Thrombosis and thromboembolism are the life-threatening clinical complications for patients supported or treated with prosthetic cardiovascular devices. The high mechanical shear stress within these devices is believed to be the major contributing factor to cause platelet activation (PA) and function alteration, leading to thrombotic events. There have been limited quantitative data on how the high mechanical shear stress causes platelet activation. In this study, shear-induced PA in the ranges of well-defined shear stress and exposure time relevant to cardiovascular devices was quantitatively characterized for human blood using two novel flow-through Couette-type blood shearing devices. Four markers of platelet activation-surface P-selectin (CD62p), platelet-derived microparticles (PMPs), platelet-monocyte aggregation (PMA), and soluble P-selectin-were measured by flow cytometry and enzyme-linked immunosorbent assay (ELISA), respectively. The results indicated that PA induced by high shear stresses with short exposure time could be reliably detected with surface P-selectin, and, to a lesser extent, PMPs rather than soluble P-selectin. It was also verified that PMA can be a highly sensitive indirect marker of platelet activation. The quantitative relationship between percentage of activated platelets indicated by surface P-selectin expression and shear stress/exposure time follows well the power law functional form. The coefficients of the power law models of PA based on surface P-selectin expression were derived.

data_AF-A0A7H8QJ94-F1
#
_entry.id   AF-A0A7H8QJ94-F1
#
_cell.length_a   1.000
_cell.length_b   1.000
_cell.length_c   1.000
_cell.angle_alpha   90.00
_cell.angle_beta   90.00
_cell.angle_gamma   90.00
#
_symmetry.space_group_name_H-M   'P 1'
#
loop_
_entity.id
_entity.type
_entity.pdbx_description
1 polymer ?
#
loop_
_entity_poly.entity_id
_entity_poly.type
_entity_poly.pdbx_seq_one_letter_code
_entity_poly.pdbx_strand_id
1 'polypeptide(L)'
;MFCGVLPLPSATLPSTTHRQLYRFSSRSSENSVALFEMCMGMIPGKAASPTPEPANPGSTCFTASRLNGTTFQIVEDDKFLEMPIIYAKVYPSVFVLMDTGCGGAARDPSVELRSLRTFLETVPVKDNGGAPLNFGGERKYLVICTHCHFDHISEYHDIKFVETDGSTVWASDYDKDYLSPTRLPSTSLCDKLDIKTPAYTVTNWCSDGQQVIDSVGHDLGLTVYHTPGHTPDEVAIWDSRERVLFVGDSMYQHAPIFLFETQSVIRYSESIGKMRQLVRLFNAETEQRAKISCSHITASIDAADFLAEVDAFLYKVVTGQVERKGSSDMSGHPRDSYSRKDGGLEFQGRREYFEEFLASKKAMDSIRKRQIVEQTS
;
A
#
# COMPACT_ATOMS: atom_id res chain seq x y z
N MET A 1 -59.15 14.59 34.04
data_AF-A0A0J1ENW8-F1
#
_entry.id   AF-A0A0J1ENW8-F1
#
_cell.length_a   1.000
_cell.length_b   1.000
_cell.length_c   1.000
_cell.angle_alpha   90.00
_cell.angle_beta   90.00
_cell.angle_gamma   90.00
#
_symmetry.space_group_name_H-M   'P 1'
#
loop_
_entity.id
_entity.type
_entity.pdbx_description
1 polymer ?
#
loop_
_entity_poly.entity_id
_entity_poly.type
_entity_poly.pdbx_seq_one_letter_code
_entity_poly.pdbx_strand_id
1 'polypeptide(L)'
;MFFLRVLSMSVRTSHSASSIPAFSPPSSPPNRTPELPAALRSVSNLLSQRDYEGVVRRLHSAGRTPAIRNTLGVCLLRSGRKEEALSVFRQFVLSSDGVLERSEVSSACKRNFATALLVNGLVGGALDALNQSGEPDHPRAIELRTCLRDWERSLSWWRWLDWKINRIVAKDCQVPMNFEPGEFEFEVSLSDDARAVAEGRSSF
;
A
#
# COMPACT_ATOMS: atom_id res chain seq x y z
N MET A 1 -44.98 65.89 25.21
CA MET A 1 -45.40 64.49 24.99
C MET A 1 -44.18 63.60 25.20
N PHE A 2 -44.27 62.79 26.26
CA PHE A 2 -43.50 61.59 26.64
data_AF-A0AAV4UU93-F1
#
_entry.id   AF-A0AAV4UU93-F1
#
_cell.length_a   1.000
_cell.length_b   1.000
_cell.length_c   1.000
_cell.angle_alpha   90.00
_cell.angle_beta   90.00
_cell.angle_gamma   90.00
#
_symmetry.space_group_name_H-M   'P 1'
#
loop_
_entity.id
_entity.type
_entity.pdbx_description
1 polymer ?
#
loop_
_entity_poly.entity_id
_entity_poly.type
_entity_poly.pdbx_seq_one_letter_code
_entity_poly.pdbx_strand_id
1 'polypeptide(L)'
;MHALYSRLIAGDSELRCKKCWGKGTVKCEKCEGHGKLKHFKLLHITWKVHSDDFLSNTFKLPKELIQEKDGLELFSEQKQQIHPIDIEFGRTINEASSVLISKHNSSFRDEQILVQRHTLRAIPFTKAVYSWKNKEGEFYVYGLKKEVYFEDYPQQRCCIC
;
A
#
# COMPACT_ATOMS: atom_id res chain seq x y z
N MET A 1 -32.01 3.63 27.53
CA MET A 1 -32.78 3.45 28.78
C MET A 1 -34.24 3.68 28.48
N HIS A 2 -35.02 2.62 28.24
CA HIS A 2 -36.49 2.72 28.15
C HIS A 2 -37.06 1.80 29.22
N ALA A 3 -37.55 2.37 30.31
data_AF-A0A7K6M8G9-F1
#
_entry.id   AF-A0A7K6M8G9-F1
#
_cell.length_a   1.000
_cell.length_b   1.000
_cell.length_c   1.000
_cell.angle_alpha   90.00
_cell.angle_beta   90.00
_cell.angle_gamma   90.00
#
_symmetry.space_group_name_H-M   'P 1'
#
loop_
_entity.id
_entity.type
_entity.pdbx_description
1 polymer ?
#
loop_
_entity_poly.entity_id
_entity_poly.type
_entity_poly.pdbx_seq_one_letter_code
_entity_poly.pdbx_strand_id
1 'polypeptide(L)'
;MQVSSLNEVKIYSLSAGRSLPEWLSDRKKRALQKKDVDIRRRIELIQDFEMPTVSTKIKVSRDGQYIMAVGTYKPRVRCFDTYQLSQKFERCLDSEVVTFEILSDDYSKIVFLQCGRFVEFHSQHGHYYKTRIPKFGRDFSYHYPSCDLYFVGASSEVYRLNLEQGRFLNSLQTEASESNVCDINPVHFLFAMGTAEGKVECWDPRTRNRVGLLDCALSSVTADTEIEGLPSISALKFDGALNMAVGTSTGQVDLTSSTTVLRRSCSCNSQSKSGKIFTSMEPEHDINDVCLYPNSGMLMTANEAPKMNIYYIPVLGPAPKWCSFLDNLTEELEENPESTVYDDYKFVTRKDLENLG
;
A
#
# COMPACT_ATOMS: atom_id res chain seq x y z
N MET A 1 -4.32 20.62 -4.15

Keywords: Blood-shearing device; Exposure time; Power law model; Shear stress; Shear-induced platelet activation.
Copyright © 2015 International Center for Artificial Organs and Transplantation and Wiley Periodicals, Inc.